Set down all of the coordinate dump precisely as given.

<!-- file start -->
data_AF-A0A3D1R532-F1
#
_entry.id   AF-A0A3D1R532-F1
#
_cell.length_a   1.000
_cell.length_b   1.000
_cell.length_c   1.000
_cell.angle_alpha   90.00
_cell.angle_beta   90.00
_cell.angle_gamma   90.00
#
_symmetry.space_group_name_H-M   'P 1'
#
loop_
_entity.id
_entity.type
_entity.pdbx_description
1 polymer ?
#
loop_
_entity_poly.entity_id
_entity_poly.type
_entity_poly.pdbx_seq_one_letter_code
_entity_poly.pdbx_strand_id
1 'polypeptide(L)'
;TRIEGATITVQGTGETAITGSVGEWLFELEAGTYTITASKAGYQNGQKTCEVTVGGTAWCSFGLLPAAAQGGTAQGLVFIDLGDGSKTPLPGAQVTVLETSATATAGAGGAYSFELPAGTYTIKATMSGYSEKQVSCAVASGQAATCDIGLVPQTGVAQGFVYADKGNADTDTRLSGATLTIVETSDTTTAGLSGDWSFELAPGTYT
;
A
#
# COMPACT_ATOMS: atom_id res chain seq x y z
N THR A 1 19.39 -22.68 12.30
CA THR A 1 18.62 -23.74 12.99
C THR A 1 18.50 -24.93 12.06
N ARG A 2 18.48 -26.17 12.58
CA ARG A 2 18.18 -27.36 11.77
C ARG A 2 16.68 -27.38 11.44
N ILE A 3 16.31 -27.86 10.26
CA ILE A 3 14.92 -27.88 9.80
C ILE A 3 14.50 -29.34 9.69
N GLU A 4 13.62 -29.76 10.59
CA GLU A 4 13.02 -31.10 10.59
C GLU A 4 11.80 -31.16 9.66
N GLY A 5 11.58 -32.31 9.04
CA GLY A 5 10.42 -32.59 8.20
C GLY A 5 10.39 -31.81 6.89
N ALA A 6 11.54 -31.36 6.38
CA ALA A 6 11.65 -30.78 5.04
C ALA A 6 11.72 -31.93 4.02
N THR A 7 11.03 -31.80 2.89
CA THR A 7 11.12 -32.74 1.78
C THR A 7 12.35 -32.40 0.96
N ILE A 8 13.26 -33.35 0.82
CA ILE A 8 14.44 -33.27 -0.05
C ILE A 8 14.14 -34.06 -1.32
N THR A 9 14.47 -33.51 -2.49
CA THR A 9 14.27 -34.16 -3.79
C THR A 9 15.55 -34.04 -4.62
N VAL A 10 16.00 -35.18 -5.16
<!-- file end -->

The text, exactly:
data_AF-A0A3D1R532-F1
#
_entry.id   AF-A0A3D1R532-F1
#
_cell.length_a   1.000
_cell.length_b   1.000
_cell.length_c   1.000
_cell.angle_alpha   90.00
_cell.angle_beta   90.00
_cell.angle_gamma   90.00
#
_symmetry.space_group_name_H-M   'P 1'
#
loop_
_entity.id
_entity.type
_entity.pdbx_description
1 polymer ?
#
loop_
_entity_poly.entity_id
_entity_poly.type
_entity_poly.pdbx_seq_one_letter_code
_entity_poly.pdbx_strand_id
1 'polypeptide(L)'
;TRIEGATITVQGTGETAITGSVGEWLFELEAGTYTITASKAGYQNGQKTCEVTVGGTAWCSFGLLPAAAQGGTAQGLVFIDLGDGSKTPLPGAQVTVLETSATATAGAGGAYSFELPAGTYTIKATMSGYSEKQVSCAVASGQAATCDIGLVPQTGVAQGFVYADKGNADTDTRLSGATLTIVETSDTTTAGLSGDWSFELAPGTYT
;
A
#
# COMPACT_ATOMS: atom_id res chain seq x y z
N THR A 1 19.39 -22.68 12.30
CA THR A 1 18.62 -23.74 12.99
C THR A 1 18.50 -24.93 12.06
N ARG A 2 18.48 -26.17 12.58
CA ARG A 2 18.18 -27.36 11.77
C ARG A 2 16.68 -27.38 11.44
N ILE A 3 16.31 -27.86 10.26
CA ILE A 3 14.92 -27.88 9.80
C ILE A 3 14.50 -29.34 9.69
N GLU A 4 13.62 -29.76 10.59
CA GLU A 4 13.02 -31.10 10.59
C GLU A 4 11.80 -31.16 9.66
N GLY A 5 11.58 -32.31 9.04
CA GLY A 5 10.42 -32.59 8.20
C GLY A 5 10.39 -31.81 6.89
N ALA A 6 11.54 -31.36 6.38
CA ALA A 6 11.65 -30.78 5.04
C ALA A 6 11.72 -31.93 4.02
N THR A 7 11.03 -31.80 2.89
CA THR A 7 11.12 -32.74 1.78
C THR A 7 12.35 -32.40 0.96
N ILE A 8 13.26 -33.35 0.82
CA ILE A 8 14.44 -33.27 -0.05
C ILE A 8 14.14 -34.06 -1.32
N THR A 9 14.47 -33.51 -2.49
CA THR A 9 14.27 -34.16 -3.79
C THR A 9 15.55 -34.04 -4.62
N VAL A 10 16.00 -35.18 -5.16